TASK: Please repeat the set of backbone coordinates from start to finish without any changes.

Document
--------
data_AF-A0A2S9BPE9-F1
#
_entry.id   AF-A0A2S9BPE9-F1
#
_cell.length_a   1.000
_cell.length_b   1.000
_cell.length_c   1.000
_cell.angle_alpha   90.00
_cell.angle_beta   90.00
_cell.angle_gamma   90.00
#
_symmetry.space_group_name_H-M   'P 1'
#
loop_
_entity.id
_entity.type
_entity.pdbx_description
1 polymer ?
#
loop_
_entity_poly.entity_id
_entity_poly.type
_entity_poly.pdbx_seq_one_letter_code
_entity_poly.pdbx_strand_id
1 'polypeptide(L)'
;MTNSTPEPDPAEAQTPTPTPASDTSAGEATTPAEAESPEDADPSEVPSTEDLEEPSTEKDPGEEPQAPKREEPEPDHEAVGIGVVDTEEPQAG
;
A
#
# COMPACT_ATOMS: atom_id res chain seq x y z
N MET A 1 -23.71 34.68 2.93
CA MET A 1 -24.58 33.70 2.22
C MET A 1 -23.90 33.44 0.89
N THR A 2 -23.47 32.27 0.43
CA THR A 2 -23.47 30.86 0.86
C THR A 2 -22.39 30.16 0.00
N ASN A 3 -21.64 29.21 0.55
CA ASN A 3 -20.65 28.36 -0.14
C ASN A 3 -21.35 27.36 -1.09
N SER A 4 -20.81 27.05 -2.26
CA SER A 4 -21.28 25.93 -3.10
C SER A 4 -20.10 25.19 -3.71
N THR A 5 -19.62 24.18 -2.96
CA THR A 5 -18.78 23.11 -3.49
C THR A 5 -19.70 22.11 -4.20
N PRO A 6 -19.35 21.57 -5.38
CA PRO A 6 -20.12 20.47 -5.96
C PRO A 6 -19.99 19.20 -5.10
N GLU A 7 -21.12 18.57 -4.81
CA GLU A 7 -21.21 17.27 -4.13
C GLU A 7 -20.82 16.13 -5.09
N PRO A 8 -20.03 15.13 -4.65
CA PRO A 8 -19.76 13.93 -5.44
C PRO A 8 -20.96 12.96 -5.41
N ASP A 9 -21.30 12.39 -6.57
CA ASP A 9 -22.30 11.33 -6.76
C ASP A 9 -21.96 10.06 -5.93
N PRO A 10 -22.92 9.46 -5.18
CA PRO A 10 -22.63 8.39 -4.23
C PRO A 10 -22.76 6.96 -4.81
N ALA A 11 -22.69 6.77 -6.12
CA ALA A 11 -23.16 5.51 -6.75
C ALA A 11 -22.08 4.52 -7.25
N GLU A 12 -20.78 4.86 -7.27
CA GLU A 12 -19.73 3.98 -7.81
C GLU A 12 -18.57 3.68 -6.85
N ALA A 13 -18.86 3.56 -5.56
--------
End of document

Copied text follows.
data_AF-A0A2S9BPE9-F1
#
_entry.id   AF-A0A2S9BPE9-F1
#
_cell.length_a   1.000
_cell.length_b   1.000
_cell.length_c   1.000
_cell.angle_alpha   90.00
_cell.angle_beta   90.00
_cell.angle_gamma   90.00
#
_symmetry.space_group_name_H-M   'P 1'
#
loop_
_entity.id
_entity.type
_entity.pdbx_description
1 polymer ?
#
loop_
_entity_poly.entity_id
_entity_poly.type
_entity_poly.pdbx_seq_one_letter_code
_entity_poly.pdbx_strand_id
1 'polypeptide(L)'
;MTNSTPEPDPAEAQTPTPTPASDTSAGEATTPAEAESPEDADPSEVPSTEDLEEPSTEKDPGEEPQAPKREEPEPDHEAVGIGVVDTEEPQAG
;
A
#
# COMPACT_ATOMS: atom_id res chain seq x y z
N MET A 1 -23.71 34.68 2.93
CA MET A 1 -24.58 33.70 2.22
C MET A 1 -23.90 33.44 0.89
N THR A 2 -23.47 32.27 0.43
CA THR A 2 -23.47 30.86 0.86
C THR A 2 -22.39 30.16 0.00
N ASN A 3 -21.64 29.21 0.55
CA ASN A 3 -20.65 28.36 -0.14
C ASN A 3 -21.35 27.36 -1.09
N SER A 4 -20.81 27.05 -2.26
CA SER A 4 -21.28 25.93 -3.10
C SER A 4 -20.10 25.19 -3.71
N THR A 5 -19.62 24.18 -2.96
CA THR A 5 -18.78 23.11 -3.49
C THR A 5 -19.70 22.11 -4.20
N PRO A 6 -19.35 21.57 -5.38
CA PRO A 6 -20.12 20.47 -5.96
C PRO A 6 -19.99 19.20 -5.10
N GLU A 7 -21.12 18.57 -4.81
CA GLU A 7 -21.21 17.27 -4.13
C GLU A 7 -20.82 16.13 -5.09
N PRO A 8 -20.03 15.13 -4.65
CA PRO A 8 -19.76 13.93 -5.44
C PRO A 8 -20.96 12.96 -5.41
N ASP A 9 -21.30 12.39 -6.57
CA ASP A 9 -22.30 11.33 -6.76
C ASP A 9 -21.96 10.06 -5.93
N PRO A 10 -22.92 9.46 -5.18
CA PRO A 10 -22.63 8.39 -4.23
C PRO A 10 -22.76 6.96 -4.81
N ALA A 11 -22.69 6.77 -6.12
CA ALA A 11 -23.16 5.51 -6.75
C ALA A 11 -22.08 4.52 -7.25
N GLU A 12 -20.78 4.86 -7.27
CA GLU A 12 -19.73 3.98 -7.81
C GLU A 12 -18.57 3.68 -6.85
N ALA A 13 -18.86 3.56 -5.56